More than ever, artists have the luxury of options when it comes to pigment selection. Although many factors affect which you choose, a major deciding factor is pigment type – organic vs inorganic. This has been a hot topic in our industry, creating a lot of noise and confusion. However, we’re here to set the record straight on organic and inorganic pigments, so that you can better choose between pigments depending on the unique variables presented to you with each client.
In this blog post, we will cover:
1. What are inorganic pigments? What are organic pigments?
2. When to use organic vs. inorganic pigments
4. Color Corrections
5. What are hybrid pigments
1. What are inorganic pigments? What are organic pigments?
Do you know why you’re using a specific pigment line? Is it because someone recommended them or because you saw pictures of how they look? Do you know the difference between organic, inorganic, and hybrid pigment lines? Which pigments are a blend of both organic and inorganic pigments?
Organic pigments are made up of carbon rings and chains, while inorganic pigments are derived from natural minerals.
Organic pigments tend to be more vibrant and have a wider range of colors, while inorganic pigments are more muted and earthy.
Organic pigments consist usually of smaller particles, reflect more light, and are more transparent. Inorganic pigments have a larger particle size, reflect less light, and are more opaque.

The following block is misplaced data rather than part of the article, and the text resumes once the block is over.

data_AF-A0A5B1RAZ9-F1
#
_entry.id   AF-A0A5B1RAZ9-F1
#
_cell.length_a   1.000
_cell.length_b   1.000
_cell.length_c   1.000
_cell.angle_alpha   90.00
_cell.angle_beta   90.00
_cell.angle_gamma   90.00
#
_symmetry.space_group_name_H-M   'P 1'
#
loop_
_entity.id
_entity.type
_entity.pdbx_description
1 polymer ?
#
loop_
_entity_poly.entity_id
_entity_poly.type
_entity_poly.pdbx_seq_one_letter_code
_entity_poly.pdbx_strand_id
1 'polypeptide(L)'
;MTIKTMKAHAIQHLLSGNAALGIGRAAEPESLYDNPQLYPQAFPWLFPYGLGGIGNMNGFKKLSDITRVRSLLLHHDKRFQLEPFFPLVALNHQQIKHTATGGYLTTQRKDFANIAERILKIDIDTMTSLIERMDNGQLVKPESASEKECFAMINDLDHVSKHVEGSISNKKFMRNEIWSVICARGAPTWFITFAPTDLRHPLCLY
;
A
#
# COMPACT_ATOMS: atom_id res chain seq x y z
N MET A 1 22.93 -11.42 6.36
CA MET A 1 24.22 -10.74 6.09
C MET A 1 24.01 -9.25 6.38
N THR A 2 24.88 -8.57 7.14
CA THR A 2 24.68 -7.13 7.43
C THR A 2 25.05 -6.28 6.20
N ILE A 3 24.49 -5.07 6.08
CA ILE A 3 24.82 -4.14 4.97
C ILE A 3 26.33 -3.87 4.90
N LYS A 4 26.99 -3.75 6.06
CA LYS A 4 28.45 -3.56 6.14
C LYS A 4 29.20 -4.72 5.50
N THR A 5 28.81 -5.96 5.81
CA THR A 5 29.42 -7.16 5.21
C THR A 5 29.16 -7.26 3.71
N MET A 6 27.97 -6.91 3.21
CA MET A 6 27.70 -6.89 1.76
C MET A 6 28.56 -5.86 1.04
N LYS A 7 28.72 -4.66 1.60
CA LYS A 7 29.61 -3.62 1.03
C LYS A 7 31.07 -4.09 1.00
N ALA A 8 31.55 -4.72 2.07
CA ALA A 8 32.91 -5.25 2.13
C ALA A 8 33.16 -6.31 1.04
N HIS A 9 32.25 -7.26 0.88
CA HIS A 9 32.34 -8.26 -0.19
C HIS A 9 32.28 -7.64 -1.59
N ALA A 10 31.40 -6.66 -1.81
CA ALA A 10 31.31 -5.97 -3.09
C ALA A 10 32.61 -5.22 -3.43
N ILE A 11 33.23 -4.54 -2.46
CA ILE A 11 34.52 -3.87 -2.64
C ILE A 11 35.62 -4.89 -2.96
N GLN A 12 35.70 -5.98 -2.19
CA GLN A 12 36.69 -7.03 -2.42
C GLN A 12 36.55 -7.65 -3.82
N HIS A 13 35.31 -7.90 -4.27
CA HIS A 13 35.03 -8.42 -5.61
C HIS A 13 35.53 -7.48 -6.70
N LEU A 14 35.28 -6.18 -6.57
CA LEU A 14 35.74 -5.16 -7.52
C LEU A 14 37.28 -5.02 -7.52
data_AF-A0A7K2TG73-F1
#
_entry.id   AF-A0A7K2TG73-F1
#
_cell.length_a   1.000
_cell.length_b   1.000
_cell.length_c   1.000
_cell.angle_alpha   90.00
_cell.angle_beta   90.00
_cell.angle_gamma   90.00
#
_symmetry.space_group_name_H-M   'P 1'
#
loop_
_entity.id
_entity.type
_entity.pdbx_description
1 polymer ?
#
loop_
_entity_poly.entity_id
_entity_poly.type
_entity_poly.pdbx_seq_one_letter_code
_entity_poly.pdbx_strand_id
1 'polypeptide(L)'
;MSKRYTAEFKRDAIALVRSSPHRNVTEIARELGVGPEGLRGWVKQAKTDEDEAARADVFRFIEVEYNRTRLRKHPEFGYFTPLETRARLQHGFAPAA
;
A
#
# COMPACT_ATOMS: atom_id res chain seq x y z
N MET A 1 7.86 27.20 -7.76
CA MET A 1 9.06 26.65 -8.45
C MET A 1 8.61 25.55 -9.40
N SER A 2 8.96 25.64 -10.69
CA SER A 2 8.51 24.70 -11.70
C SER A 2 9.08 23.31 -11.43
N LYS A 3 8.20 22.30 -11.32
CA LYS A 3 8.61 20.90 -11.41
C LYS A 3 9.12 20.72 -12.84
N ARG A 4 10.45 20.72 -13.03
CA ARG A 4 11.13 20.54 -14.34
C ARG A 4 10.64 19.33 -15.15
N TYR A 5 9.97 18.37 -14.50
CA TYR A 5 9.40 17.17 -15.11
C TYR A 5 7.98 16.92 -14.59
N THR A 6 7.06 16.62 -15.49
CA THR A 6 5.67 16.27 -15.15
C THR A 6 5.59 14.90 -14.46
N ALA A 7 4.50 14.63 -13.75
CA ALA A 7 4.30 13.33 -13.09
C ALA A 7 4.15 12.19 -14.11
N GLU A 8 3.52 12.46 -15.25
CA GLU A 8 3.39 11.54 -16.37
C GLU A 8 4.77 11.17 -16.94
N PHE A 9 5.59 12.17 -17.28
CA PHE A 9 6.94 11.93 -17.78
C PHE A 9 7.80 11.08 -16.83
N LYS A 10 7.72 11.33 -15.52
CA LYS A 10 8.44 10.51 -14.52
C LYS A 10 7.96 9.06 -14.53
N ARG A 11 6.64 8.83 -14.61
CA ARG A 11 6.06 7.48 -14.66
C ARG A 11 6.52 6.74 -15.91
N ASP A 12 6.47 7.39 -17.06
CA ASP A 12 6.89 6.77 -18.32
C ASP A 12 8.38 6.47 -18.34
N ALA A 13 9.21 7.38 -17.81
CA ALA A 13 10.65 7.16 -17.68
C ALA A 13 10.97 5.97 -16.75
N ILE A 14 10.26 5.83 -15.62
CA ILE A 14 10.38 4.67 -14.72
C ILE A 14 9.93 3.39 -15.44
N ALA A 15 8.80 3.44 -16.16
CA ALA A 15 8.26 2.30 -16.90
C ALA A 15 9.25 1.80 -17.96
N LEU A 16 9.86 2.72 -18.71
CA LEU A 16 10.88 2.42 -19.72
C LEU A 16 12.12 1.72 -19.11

Organic particles are bright, quick to implant, and long lasting, while inorganic particles are a bit more earthy, may require a few layers to achieve ideal saturation in the skin, and are not quite as long lasting in the skin- which offers more flexibility.
Hybrid formulations are a combination of organic and inorganic particles. We will dive into this topic later on in the blog.
What’s in your pigments? Identifying CI numbers & MSDS sheets
It wasn’t until recently that pigment manufacturers pulled back the curtains behind their manufacturing philosophies and pigment color formulations, so artists could take a deeper dive into what’s in their pigment bottles and how it can affect their work.
There’s more than meets the eye when it comes to pigments. An organic medium brown may look similar in color to an inorganic medium brown, but each is different in its pigment particle composition, which affects the way the pigment behaves in the skin.
You can find the health and safety information, including the pigment particle composition and ingredients in the pigment MSDS (Material Safety Data Sheet). By reviewing the CI (Color Index) codes found in the MSDS sheet or on the label of a pigment bottle, you’ll be able to uncover what actual pigment colors make up your bottle of pigment.
This will help you understand the behavior of organic and inorganic ingredients and how they perform in the skin. Look for CI codes or general color names, such as Yellow 14, Red 254, etc.
Here’s a helpful chart that breaks down the difference between organic and inorganic/iron oxide pigment lines:
Every pigment formulation contains a unique composition of powdered pigment particles mixed with binding agents and other additives that results in the color that we see straight from the bottle.